|National Register of Historic Places on March 29, 2006.|
|Motto: Play hard, learn well & live richly|
|Madison County and the state of Alabama|
|• Total||29.7 sq mi (77.0 km2)|
|• Land||29.6 sq mi (76.6 km2)|
|• Water||0.1 sq mi (0.3 km2)|
|Elevation||705 ft (215 m)|
|• Density||1,452/sq mi (560.5/km2)|
|Time zone||Central (CST) (UTC-6)|
|• Summer (DST)||CDT (UTC-5)|
|GNIS feature ID||0122191|
Madison is a city located primarily in Madison County in the northern part of the U.S. state of Alabama. Madison extends west into neighboring Limestone county. The city is included in the Huntsville Metropolitan Area and is also included in the merged Huntsville-Decatur Combined Statistical Area. As of the 2010 census, the population of the city was 42,938. Madison's mayor is Troy Trulock.
Madison's first resident was John Cartwright, who settled in the area in 1818. The city was originally known as Madison Station, and grew up in the 1850s around a stop of the Memphis & Charleston Railroad. Madison was the site of a battle in the American Civil War on May 17, 1864, when Col. Josiah Patterson's 5th Alabama Cavalry, supported by Col. James H. Stuart's cavalry battalion and a section of horse artillery, drove Col. Adam G. Gorgas's 13th Illinois Infantry Regiment from the city. Patterson's men captured the 13th Illinois Regiment's wagon train, taking 66 prisoners. They also burned Union supplies and tore up the railroad tracks before retreating. Portions of the 5th Ohio Cavalry, the 59th Indiana Infantry and the 5th Iowa Infantry were sent in pursuit from Huntsville and skirmished with Patterson's rear guard that evening at Fletcher's Ferry on the Tennessee River south of Madison.
More recently, the city has become a fast-growing suburb of Huntsville. In 1980, the population of Madison was about 4,000. As of the 2010 census the city's population is 42,938.
Madison is located at  primarily within Madison County.(34.715065, -86.739644),
As of the census of 2000, there were 29,329 people, 11,143 households, and 8,067 families residing in the city. The population density was 1,266.5 people per square mile (488.9/km²). There were 12,121 housing units at an average density of 523.4 per square mile (202.1/km²). The racial makeup of the city was 80.15% White, 13.00% Black or African American, 0.63% Native American, 3.51% Asian, 0.06% Pacific Islander, 0.67% from other races, and 1.98% from two or more races. 2.30% of the population were Hispanic or Latino of any race.
There were 11,143 households out of which 42.5% had children under the age of 18 living with them, 60.1% were married couples living together, 9.6% had a female householder with no husband present, and 27.6% were non-families. 23.9% of all households were made up of individuals and 3.4% had someone living alone who was 65 years of age or older. The average household size was 2.61 and the average family size was 3.13.
In the city the population was spread out with 30.3% under the age of 18, 6.8% from 18 to 24, 35.8% from 25 to 44, 21.6% from 45 to 64, and 5.5% who were 65 years of age or older. The median age was 34 years. For every 100 females there were 97.5 males. For every 100 females age 18 and over, there were 94.5 males.
In 2004, Madison was the fastest growing city in Alabama.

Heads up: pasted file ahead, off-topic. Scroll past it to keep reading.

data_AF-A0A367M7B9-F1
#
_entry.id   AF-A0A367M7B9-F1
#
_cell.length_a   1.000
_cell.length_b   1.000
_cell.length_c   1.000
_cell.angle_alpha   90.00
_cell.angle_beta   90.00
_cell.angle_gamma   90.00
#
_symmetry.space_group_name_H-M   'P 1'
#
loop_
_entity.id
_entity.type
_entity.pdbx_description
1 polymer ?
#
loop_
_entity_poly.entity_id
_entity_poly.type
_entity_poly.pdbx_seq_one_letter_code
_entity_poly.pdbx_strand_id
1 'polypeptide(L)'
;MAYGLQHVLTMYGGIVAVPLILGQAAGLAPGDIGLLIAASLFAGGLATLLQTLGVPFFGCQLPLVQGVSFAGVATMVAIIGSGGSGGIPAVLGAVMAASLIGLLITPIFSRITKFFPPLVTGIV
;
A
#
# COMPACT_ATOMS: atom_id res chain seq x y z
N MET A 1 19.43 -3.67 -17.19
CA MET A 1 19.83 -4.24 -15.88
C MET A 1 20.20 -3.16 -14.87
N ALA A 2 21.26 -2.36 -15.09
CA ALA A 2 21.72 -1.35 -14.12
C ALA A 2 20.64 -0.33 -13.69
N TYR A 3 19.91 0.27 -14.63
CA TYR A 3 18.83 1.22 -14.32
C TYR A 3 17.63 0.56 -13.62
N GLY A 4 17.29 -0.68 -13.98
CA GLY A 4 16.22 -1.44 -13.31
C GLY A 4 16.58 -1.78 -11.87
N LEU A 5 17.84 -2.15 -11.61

The median income for a household in the city was $63,849, and the median income for a family was $74,532. Males had a median income of $57,216 versus $32,316 for females. The per capita income for the city was $27,821. About 4.4% of families and 5.8% of the population were below the poverty line, including 7.5% of those under age 18 and 8.2% of those age 65 or over.
Madison's largest employer is Intergraph, a computer software company based in Madison. Thousands of Madison residents commute to Cummings Research Park and Redstone Arsenal in nearby Huntsville. Within the city limits, most of Madison's businesses are retail, with stores and fast-food restaurants lining US 72 to the north and Madison Boulevard to the south.
The Madison City School System, formed in 1998, serves over 8,400 students from the city of Madison and town of Triana. As of 2012, the school system has seven elementary schools serving grades K-6 (Columbia Elementary School, Heritage Elementary School, Horizon Elementary School, Madison Elementary School, Rainbow Elementary School, West Madison Elementary School, and Mill Creek Elementary), two middle schools serving grades 7-8 (Discovery Middle School, Liberty Middle School), and two high schools serving grades 9-12 (Bob Jones High School, James Clemens High School). Madison also has several private schools, including Madison Academy, Faith Christian Academy, St John the Baptist Catholic School, and Westminster Academy. Madison Elementary School is the oldest school in the system (est. 1951).
Rail and airline
The Norfolk Southern railway has a main line and a spur running through Madison. The Port of Huntsville, an intermodal center which includes Huntsville International Airport and a rail cargo center, is just south of the city.
- John Stallworth, professional football player, played in six AFC Championship Games and four Super Bowls
- Walter Jones, former offensive lineman at Florida State and an all-pro at the Seattle Seahawks
- "Geographic Identifiers: 2010 Demographic Profile Data (G001): Madison city, Alabama". U.S. Census Bureau, American Factfinder. Retrieved January 31, 2013.
- "US Gazetteer files: 2010, 2000, and 1990". United States Census Bureau. 2011-02-12. Retrieved 2011-04-23.
- UNITED STATES OF AMERICA - ALABAMA : urban population
- U.S. Decennial Census
- "American FactFinder". United States Census Bureau. Retrieved 2008-01-31.
- Madison City Schools - About Us. madisoncity.k12.al.us
- The Madison Record
- Madison County Record